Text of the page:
|Joanro, your post made alot of sense. Let those who want to breed for show/pet purpose breed for just that and get by with their titles and health requirements. And let those breeding for sport/work do the same.|
It sucks that the breed is so divided, but it is what it is. Border Collies have the same issues and arguments as we all do with GSDs.
by Silbersee on 29 February 2012 - 20:28
|I like Margit van Dorssen's Lotte von Arlett: http://www.working-dog.eu/dogs-details/70368/Lotte-von-Arlett|
by Silbersee on 29 February 2012 - 20:44
|And when you look at Lotte's first litter (under "Nachkommen" - offspring), you will see that Margit took her to another show-workingline cross male (Hoogan vom Vorderhain who was also shown at the German Sieger Show and at the LGA and the German Youth Championship to 11th place) and got two really nice black females out of that breeding. Very promising! Way to go!|
I have mentioned it here on the PDB a few years ago and will do it again: Big name breeders in Germany have done some of these crosses and work to refine it. I have talked to a known breeder in Germany about it and he said that these will be the dogs with a future - not the overangulated dogs with weak hocks (this was a direct quote). Margit's breeding with Lotte is just one example, there will be more. Just see how many showline breeders used Javir. They just do not advertise these kind of breedings but rather do it silently and continue with it - thank god!
By the way, Lotte is not an accident. I know her brother Levis as well. A nice V-rated male with super bitework and great personality! I spent a day with him a few years ago in Germany. http://www.working-dog.eu/dogs-details/490604/Levis-von-Arlett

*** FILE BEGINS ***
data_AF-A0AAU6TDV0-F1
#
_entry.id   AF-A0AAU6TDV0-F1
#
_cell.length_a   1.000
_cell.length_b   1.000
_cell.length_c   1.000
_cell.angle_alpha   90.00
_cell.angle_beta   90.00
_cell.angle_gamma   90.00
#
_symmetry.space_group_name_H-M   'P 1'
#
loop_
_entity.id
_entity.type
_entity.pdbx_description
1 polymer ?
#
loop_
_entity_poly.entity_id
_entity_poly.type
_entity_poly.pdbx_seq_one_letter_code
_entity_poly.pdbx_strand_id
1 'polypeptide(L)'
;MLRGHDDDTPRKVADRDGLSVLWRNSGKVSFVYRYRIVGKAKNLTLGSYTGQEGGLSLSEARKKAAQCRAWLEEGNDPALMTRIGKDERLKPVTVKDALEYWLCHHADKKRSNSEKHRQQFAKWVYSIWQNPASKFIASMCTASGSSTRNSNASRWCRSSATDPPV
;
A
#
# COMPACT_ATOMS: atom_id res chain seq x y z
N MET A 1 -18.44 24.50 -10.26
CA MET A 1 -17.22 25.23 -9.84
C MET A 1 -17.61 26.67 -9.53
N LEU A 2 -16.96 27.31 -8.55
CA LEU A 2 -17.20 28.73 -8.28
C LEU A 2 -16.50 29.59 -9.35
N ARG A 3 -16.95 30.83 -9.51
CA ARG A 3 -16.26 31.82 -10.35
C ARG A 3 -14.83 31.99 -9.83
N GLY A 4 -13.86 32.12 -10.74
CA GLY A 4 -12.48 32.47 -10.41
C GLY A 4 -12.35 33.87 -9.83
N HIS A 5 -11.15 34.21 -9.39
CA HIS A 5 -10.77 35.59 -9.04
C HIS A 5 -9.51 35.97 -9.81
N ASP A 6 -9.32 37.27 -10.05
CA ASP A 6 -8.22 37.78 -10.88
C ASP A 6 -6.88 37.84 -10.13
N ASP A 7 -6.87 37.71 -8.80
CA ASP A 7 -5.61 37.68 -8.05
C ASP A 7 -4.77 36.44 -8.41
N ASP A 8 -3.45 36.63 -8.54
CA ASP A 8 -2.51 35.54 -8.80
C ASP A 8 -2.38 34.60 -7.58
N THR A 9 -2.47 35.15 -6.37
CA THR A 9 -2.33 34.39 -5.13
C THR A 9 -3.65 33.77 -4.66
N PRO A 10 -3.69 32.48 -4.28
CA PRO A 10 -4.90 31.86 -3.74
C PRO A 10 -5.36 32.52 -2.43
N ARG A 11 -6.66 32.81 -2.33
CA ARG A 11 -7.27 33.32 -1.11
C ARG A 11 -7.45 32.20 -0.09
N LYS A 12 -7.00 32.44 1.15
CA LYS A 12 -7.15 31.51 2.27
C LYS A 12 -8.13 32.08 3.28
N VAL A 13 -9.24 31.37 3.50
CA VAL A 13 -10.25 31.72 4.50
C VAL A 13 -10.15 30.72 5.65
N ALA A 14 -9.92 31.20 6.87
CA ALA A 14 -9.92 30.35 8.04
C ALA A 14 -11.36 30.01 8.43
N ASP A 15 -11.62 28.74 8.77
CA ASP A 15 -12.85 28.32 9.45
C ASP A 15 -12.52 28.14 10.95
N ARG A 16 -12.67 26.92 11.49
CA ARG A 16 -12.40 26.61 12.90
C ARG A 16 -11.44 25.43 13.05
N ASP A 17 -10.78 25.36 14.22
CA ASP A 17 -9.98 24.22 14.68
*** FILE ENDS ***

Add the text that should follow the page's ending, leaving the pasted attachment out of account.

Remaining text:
by beetree on 29 February 2012 - 21:15
|I always did like you Silbersee. I am glad some breeders don't feel the need to toot their own horn, but rather let the dogs speak for themselves.|
by Blitzen on 01 March 2012 - 00:24
|Beautiful dogs, Chris. Looks like they both got the best of both "lines". Are you breeding showlines x workinglines too?|
by Silbersee on 01 March 2012 - 14:23
|Thanks beetree! The feeling is mutual ;-)|
Yes, Blitzen. I have done a cross - my T-litter, born in December of 2008. They were out of VA-Arko vom Butjenter Land and my workingline foundation dam V-Chuckie vom Schloß Laer. Chuckie is now retired and lives a happy farm life but she was one of these rare producers. In my opinion, one of the best workingline females to come to this country. If I would have had more space, time and supporters, most of the puppies she produced would have stayed.
We kept 3 females back from that T-litter. Taiga went to Germany at about 5 months but the guy who had her sold her to DVG-people because she was a bit small. For the same reason, I sold our Tanja to a law enforcement officer as a personal companion. Trixi went to a good friend of mine in upstate New York and works in Search and Rescue. Tillie is also active in AKC sports, rallye and agility and holds a few titles. A couple of regulars here know her better than I do.
So, I ended up not keeping anything out of that litter because my choices were a bit too small and compact in size for my taste as a breeding female but I really liked that litter in uniformity and temperament. I won't hesitate to do such a cross again but the dogs should be matched up wisely. It is best to use proven and consistent producers, so there is predictability (is that the right word, lol).
Here is a list with photos of the T-litter (just scroll down to the litter out of VA-Arko vom Butjenter Land): http://www.pedigreedatabase.com/german_shepherd_dog/dog.html?id=400203&p=progeny
by skyhorse on 01 March 2012 - 17:37
|Showlines can potentially be "improved" by breeding into working lines. Will take many generationes (to remove wierd hind ends) Get that. Don't get that working lines need anything from showlines. The working lines are very diverse and have plenty of pet-quality offspring available for the average owner.|